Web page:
Heating System

The heating system on Issuma consists of two drip-pot diesel heaters. The pilothouse is heated by a Dickinson Lofoten heater, which is also used for cooking (though most cooking is done by a gas stove/oven). The forward part of the boat is heated by a Dickinson Alaska heater (see previous blog entry). Fuel for the heaters is gravity-fed from the daytank, through a fuel filter/water separator. The drip-pot diesel heaters will not run if there is water in the fuel. A little water in the fuel will result in it boiling loudly as it enters the combustion chamber, and the heater might stay running, but with a lot of water in the fuel, the flame will go out, and the regulator needs to have the water removed from it (there are no drain plugs, so the way I’ve done this is to suck it out with a copper tube). Between these two heaters, the inside temperature can be about 25 degrees C higher than the outside temperature, or about 20 degrees higher if it is windy. This works well down to about -10C/14F (and not so well at -20C/-4F). Previously, a wood stove was used. This put out a decent amount of heat, but had to be tended every hour or two, so, over the course of 24 hours, didn’t put out as much heat as a diesel heater did. The wood stove was more suitable for heating when there are several people aboard, to share the task of tending the stove.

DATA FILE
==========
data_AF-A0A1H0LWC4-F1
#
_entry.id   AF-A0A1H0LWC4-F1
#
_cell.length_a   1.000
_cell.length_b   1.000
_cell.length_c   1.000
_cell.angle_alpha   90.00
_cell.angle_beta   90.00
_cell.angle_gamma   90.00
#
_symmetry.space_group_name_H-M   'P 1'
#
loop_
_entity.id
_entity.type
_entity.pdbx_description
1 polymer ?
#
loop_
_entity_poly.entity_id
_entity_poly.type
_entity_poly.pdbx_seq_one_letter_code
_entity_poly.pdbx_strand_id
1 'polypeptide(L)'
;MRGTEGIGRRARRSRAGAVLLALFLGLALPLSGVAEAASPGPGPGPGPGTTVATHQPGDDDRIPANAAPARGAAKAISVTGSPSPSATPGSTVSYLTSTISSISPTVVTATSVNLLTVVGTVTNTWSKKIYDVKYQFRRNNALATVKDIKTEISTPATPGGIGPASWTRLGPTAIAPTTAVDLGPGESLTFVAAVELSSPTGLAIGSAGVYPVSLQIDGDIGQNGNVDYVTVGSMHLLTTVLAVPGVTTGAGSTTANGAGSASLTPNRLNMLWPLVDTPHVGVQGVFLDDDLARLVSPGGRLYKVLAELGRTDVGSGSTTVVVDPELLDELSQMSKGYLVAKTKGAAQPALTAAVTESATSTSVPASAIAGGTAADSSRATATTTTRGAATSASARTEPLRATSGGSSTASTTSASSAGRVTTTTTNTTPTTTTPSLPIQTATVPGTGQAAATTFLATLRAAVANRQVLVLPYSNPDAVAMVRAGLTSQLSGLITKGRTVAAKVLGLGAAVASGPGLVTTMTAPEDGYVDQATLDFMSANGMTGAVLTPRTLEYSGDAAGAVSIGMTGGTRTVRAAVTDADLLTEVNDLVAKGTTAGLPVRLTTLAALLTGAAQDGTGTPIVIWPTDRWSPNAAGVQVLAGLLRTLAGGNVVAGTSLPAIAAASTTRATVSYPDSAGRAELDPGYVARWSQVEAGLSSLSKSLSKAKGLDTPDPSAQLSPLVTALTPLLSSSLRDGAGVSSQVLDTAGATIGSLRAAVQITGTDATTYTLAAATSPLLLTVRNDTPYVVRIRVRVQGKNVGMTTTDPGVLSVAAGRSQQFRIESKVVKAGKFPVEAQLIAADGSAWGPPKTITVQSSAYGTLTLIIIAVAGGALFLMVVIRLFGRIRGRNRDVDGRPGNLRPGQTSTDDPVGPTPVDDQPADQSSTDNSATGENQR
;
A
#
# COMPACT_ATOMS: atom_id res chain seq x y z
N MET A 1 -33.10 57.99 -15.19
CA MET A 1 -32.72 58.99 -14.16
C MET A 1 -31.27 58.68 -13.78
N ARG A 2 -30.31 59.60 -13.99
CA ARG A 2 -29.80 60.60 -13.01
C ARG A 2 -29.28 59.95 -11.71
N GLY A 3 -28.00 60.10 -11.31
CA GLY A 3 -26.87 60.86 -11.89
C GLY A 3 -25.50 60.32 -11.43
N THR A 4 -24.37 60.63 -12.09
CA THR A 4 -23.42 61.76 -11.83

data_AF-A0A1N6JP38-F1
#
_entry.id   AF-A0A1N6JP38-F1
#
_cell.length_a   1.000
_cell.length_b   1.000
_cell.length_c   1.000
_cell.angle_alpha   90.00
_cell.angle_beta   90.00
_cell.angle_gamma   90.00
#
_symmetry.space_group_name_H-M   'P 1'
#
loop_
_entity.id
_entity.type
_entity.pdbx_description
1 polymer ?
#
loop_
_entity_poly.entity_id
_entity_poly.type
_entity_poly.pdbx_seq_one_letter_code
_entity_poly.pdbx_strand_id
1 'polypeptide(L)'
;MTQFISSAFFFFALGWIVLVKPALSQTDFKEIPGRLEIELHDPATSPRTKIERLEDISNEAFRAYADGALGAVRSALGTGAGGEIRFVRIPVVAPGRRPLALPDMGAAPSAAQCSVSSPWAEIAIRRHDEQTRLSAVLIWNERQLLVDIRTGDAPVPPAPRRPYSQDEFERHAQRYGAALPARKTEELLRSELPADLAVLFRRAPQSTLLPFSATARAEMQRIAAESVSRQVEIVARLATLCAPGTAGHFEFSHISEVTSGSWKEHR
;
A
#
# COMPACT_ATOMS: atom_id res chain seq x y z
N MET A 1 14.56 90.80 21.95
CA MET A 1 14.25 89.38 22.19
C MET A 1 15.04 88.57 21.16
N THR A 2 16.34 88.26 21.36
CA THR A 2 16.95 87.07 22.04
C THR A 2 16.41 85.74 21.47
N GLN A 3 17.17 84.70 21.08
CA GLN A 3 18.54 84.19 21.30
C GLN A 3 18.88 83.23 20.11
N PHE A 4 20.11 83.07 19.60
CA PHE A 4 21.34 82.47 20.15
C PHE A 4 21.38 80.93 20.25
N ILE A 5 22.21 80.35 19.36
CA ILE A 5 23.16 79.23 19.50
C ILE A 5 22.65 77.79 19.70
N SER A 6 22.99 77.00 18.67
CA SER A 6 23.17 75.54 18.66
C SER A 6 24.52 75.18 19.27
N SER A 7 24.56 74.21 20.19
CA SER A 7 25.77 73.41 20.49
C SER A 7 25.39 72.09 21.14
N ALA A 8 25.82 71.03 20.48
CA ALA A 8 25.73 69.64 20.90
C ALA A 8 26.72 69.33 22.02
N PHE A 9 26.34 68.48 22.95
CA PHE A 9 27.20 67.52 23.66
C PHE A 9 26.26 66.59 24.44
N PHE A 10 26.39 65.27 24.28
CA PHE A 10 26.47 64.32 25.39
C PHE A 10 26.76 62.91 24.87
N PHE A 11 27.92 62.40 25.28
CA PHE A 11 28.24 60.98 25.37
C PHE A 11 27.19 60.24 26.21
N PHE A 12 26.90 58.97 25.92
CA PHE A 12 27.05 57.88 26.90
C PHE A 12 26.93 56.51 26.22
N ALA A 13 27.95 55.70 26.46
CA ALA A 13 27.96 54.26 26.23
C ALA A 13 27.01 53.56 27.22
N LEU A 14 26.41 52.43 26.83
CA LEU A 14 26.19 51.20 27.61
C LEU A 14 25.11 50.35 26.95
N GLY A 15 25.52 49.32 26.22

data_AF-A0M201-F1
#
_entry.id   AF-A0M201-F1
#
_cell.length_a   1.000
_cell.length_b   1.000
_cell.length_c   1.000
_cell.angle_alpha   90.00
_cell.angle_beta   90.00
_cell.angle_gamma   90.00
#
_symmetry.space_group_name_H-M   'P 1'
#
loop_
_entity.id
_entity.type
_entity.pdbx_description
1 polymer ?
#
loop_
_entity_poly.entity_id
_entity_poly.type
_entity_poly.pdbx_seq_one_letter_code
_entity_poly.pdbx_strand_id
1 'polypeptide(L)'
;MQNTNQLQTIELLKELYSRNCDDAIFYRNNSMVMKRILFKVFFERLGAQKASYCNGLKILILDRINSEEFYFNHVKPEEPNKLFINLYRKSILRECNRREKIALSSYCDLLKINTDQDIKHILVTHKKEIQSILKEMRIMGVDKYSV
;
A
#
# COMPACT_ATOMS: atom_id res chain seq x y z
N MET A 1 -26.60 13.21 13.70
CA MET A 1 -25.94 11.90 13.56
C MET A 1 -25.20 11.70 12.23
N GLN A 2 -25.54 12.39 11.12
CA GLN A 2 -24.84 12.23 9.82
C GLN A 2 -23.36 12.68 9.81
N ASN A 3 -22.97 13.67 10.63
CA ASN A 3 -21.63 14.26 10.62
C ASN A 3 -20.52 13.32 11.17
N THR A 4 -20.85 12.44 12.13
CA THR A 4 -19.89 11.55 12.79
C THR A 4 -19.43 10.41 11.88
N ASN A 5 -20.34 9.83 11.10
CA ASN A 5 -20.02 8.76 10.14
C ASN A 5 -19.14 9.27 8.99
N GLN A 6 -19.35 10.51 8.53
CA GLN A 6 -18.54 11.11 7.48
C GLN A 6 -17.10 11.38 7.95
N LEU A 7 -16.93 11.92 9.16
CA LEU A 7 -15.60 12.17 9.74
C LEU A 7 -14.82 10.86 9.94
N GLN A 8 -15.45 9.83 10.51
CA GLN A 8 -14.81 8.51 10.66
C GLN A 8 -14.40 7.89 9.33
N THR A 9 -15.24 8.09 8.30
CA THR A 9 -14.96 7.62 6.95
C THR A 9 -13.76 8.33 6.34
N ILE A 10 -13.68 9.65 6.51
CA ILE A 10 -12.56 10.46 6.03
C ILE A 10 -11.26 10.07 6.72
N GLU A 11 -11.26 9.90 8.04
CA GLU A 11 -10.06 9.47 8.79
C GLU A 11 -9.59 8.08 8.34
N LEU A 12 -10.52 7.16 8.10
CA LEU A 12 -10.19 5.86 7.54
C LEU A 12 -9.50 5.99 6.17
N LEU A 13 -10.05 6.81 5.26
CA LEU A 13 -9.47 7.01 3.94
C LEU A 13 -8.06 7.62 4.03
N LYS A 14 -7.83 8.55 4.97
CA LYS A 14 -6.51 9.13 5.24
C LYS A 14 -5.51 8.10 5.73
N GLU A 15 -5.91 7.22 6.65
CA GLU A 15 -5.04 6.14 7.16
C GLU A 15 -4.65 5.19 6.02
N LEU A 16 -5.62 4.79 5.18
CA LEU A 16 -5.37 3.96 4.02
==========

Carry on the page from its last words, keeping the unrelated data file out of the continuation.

Forward Heater

The Dickinson Alaska heater in the forward part of the boat. This heater puts out about half as much heat as the Lofoten heater in the pilothouse. There are 24 volt (Issuma’s electrical system is 24 volt) computer fans on the wall that blow the warm air off the chimney into the boat. The plywood wall is covered with sheet aluminum to keep heat away. A strip of aluminum foil is hung from the ceiling to reflect heat back into the main part of the boat (this is only used on cold days in the winter at the dock). Not shown in the picture is a barometric damper, which injects room air into the chimney, so less heat is wasted going up the chimney and out of the boat. Putting in the barometric damper made the heater put 30-40% more heat in the boat than it did when running without the barometric damper (this is partly because there is a tall stack–about 3m in total). To be installed soon is a grating that protects things from touching the hot chimney.

Channel Marker

Toronto, Canada
The red nun buoy in this picture is much easier to recognize than the one in yesterday’s picture that was loaded with ice. This buoy is around a bend in the channel, so it doesn’t get the breaking waves that the outer buoy does…I believe that is why it is not covered in ice. This part of the channel still gets swell coming in, which breaks up the ice.


Toronto, Canada
It warmed up to -10C (14F) and got windy last night and this morning. This is the entrance to the harbor where Issuma is. The waves broke up the ice a fair way into the harbor, but not as far as Issuma, which is still frozen into the ice.